Today, Basel is Switzerland’s third most populous city (behind Zürich and Geneva) and has almost 200,000 people living there. The city is located where the borders of France, Germany, and Switzerland come together and the city’s suburbs lie in all three countries. The metropolitan region is home to over 500,000 Swiss in 74 municipalities in Switzerland and more in France and Germany. The tri-national Basel metropolitan area encompasses 226 municipalities with about 830,000 people living there. It is a major industrial center for chemical and pharmaceutical industries. Guy Morin is the mayor and 100 members sit in the Grosser Rat or parliament of the city.

Jews survived all the defeats, expulsions, persecutions and pogroms, the centuries in which they were regarded as a pariah people, even the Holocaust itself, because they never gave up the faith that one day they would be free to live as Jews without fear. – Jonathan Sacks

No doubt the Jews aren’t a lovable people; I don’t care about them myself; but that is not sufficient to explain the Pogrom. – Neville Chamberlain

Because anti-Semitism is the godfather of racism and the gateway to tyranny and fascism and war, it is to be regarded not as the enemy of the Jewish people, I learned, but as the common enemy of humanity and of civilisation, and has to be fought against very tenaciously for that reason, most especially in its current, most virulent form of Islamic Jihad. – Christopher Hitchens

The Hebrews have done more to civilize men than any other nation. If I were an atheist, and believed blind eternal fate, I should still believe that fate had ordained the Jews to be the most essential instrument for civilizing the nations. – John Adams

Also on this day: Advertising – In 1984, Clara Peller makes her television debut.
Going to the Dogs – In 1929, The Seeing Eye was established.
Northern Aggression? – In 1861, Star of the West, is fired upon by Southerners.
Giant – In 1881, Edouard Beaupré was born.
Egypt be Dammed – In 1960, construction on the Aswan Dam began.

Egypt be Dammed

Posted in History by patriciahysell on January 9, 2014
Aswan Dam

Aswan Dam

January 9, 1960: Construction on the Aswan Dam begins. This is an embankment dam built across the Nile River in Aswan, Egypt. This refers to the High Dam as opposed to the Aswan Low Dam, which also exists. The creation of this structure was one of the main objectives of the Egyptian Government after the conclusion of the Egyptian Revolution of 1952. The dam provides water control as well as generating hydroelectric power. Both were seen as necessary for the industrialization of Egypt. Since the Nile floods yearly but with varying degrees of intensity, the control of the water was helpful in decreasing both drought and flood conditions.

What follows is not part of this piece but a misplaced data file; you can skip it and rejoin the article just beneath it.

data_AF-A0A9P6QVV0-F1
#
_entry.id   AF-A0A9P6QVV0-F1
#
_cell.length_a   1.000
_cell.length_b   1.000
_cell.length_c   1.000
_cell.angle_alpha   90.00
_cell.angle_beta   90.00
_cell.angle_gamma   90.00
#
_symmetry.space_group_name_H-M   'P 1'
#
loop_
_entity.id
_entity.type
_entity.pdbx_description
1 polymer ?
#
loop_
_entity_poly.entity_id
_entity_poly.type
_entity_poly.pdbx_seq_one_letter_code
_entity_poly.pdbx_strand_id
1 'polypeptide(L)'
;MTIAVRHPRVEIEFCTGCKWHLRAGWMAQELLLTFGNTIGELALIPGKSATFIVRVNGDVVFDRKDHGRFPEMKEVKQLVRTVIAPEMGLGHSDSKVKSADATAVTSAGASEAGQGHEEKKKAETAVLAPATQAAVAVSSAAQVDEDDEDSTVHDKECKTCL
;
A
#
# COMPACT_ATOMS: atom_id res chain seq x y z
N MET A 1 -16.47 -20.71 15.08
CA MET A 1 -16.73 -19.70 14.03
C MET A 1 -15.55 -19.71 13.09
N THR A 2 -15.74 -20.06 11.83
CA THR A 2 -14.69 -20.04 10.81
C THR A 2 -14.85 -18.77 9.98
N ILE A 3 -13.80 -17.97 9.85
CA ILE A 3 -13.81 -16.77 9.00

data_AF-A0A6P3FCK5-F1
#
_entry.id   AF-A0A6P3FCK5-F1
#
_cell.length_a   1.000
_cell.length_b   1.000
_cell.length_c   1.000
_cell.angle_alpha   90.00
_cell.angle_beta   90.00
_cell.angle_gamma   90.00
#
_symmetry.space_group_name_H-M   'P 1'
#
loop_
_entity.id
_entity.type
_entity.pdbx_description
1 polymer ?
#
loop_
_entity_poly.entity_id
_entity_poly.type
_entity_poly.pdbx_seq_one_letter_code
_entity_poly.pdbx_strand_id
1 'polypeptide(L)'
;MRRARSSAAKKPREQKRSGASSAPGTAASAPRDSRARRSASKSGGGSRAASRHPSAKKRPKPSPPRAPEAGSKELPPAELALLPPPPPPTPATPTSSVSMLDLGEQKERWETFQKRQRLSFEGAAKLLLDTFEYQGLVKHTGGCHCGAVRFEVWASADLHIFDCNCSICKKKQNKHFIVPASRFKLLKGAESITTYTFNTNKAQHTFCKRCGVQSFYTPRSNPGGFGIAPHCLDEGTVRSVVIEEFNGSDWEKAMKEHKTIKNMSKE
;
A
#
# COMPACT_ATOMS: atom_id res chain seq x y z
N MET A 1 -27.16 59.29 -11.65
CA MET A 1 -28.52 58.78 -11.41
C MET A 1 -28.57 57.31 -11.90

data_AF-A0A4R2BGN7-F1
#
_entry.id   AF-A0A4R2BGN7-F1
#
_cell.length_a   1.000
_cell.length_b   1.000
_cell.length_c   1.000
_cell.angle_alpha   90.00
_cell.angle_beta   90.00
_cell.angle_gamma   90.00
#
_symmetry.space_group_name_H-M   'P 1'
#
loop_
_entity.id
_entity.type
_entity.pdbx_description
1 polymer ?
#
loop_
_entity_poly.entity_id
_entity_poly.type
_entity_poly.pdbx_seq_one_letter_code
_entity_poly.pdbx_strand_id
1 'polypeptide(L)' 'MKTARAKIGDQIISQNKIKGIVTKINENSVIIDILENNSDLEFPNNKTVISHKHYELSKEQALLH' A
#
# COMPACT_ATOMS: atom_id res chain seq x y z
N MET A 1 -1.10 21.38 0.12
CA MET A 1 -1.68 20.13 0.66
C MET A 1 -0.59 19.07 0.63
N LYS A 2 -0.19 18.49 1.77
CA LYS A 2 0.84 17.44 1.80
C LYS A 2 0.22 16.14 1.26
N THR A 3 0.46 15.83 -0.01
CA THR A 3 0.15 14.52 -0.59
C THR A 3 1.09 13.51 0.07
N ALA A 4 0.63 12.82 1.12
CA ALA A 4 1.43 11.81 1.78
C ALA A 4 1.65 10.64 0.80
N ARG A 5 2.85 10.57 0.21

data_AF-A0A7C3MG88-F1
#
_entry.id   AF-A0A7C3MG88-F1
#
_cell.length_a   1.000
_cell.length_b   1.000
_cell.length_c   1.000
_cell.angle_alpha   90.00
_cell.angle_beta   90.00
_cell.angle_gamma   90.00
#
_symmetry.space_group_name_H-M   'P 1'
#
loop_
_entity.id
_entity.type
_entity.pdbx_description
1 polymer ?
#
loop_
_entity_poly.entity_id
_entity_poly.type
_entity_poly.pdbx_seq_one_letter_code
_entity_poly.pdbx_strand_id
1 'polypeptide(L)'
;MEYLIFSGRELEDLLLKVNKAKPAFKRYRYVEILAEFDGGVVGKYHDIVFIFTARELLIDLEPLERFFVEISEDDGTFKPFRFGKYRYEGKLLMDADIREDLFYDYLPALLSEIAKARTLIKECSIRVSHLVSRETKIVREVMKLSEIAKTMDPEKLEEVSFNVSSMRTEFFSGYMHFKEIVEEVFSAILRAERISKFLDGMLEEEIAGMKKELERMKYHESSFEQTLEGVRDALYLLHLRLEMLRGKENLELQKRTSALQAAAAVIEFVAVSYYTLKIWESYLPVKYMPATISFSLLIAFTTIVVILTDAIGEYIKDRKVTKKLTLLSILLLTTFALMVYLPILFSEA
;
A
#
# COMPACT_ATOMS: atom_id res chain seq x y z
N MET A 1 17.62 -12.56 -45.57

The Aswan Low Dam was built from 1898-1902 and was the first dam to cross the Nile. President Gamal Abdel Nasser began the planning stage of building a newer and better dam in 1955. Both the US and Britain offered to help finance the building of the dam in return for Nasser’s leadership in helping resolve the Arab-Israeli conflict. Nasser did not accept US conditions and turned to the Soviet Union for help. The USSR promised Egypt arms in exchange for a deferred payment of Egyptian grain and cotton. The US, rather than retaliate for turning to the Communists for help, pledged to better relations with Egypt and guaranteed a total of $70 million to help build the dam.

On this day, President Nasser detonated ten tons of dynamite which demolished twenty tons of granite on the east bank of the Nile, officially beginning the construction of the dam. The Soviet Hydrproject Institute designed the dam with the help of some Egyptian engineers. There were 25,000 Egyptian engineers and workers who actually built the dam. The first stage was completed in 1964 and the dam was officially finished on July 21, 1970. The reservoir reached capacity in 1976. There have been plans to improve and extend the dam.

The Aswan Dam is 12,570 feet long and 3,220 feet wide at the base. The width at the crest is 130 feet. It is 364 feet tall. The dam itself contains 56,000,000 cubic yards of material. Maximum capacity for water flow is 390,000 cubic feet/second. There are further spillways which allow for an extra 180,000 cubic feet/second in emergencies. The spillway waters travel via the Toshka Canal to the Toshka Depression. The reservoir is named Lake Nasser and is 340 miles long and 22 miles at its widest point. The surface area is 2,030 square miles and it holds 173,000,000,000 cubic yards of water.

What was taken by force, can only be restored by force.

I have been a conspirator for so long that I mistrust all around me.

They defended the grains of sand in the desert to the last drop of their blood.

Events are not a matter of chance. – all from Gamal Abdel Nasser

Also on this day: Advertising – In 1984, Clara Peller makes her television debut.
Going to the Dogs – In 1929, The Seeing Eye was established.
Northern Aggression? – In 1861, Star of the West, is fired upon by Southerners.
Giant – In 1881, Edouard Beaupré was born.

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I See What You Did There

Posted in History by patriciahysell on January 9, 2013

The Seeing Eye

January 9, 1929: Nashville, Tennessee sees The Seeing Eye established, a way to train dogs to assist the blind. Dorothy Harrison Eustis, philanthropist and dog breeder, was an American living in Switzerland when she saw German Shepherds being trained to assist men who had been blinded while fighting in World War I. She wrote an article about this amazing feat which was published in The Saturday Evening Post on November 5, 1927. (Link goes to article) A blind man from Nashville contacted the author and asked for her help.